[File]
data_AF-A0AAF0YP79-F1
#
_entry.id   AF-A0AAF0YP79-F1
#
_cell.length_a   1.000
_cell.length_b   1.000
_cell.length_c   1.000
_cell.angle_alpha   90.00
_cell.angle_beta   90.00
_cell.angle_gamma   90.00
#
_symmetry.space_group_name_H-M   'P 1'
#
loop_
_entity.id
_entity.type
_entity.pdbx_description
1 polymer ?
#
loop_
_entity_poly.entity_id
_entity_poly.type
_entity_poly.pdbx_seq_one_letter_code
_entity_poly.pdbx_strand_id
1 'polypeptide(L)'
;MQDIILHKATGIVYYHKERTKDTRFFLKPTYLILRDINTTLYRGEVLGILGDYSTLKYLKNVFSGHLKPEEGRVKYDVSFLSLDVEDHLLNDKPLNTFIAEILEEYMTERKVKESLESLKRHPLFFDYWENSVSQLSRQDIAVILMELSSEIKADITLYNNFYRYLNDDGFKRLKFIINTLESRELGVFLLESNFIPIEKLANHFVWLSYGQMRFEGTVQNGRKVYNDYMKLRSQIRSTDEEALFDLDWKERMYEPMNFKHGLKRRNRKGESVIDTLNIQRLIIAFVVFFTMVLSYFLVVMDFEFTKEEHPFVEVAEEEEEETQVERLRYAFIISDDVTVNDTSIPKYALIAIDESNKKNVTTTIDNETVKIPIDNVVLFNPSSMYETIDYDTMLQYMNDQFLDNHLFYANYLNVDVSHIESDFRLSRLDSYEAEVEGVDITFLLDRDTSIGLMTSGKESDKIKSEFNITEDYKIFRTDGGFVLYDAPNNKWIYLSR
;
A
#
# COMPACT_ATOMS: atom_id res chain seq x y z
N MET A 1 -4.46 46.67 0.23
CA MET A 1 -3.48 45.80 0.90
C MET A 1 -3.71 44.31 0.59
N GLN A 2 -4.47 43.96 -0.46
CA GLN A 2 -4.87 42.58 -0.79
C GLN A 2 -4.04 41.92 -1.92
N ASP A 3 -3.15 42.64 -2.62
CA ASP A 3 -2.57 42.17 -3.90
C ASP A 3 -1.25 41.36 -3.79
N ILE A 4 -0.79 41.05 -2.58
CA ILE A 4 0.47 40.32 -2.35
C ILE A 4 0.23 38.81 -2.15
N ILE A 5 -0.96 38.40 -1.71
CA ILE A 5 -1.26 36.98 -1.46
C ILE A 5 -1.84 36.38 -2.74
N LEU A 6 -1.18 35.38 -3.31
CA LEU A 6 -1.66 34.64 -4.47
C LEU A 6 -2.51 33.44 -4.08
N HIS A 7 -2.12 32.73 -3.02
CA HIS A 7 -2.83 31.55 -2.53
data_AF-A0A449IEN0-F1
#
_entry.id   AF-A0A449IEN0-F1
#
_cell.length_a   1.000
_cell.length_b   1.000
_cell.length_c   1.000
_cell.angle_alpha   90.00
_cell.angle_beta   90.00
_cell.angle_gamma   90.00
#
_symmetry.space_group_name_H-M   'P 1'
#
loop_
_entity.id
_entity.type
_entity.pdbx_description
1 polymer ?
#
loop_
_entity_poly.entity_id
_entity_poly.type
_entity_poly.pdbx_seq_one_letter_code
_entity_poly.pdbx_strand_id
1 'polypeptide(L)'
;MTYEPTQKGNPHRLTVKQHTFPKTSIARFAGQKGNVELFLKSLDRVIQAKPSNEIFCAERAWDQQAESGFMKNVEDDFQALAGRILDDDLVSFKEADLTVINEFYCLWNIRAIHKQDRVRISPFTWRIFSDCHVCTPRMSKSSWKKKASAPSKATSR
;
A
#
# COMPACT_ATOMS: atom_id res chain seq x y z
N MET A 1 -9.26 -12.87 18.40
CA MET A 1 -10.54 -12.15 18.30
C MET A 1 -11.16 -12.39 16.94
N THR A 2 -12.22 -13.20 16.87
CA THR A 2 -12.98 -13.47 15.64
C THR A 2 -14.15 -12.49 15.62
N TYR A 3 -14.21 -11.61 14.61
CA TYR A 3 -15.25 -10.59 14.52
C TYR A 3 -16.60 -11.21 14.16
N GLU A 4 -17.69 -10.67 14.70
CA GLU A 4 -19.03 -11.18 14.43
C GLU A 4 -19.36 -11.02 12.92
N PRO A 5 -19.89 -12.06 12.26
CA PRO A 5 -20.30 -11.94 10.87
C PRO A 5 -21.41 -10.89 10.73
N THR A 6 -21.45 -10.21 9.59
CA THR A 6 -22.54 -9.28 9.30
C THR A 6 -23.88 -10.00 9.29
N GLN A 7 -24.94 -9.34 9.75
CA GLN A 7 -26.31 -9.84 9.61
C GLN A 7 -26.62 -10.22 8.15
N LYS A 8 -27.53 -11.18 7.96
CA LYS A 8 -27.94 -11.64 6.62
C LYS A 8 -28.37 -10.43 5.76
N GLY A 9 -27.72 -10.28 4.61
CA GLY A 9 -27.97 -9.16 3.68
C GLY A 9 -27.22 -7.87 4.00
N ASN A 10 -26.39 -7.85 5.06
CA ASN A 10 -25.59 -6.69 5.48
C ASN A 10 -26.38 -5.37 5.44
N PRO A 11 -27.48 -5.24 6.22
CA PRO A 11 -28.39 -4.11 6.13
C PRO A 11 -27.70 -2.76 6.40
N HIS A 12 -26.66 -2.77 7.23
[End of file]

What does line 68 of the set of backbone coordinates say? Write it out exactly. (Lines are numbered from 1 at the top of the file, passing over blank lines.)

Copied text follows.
1 polymer ?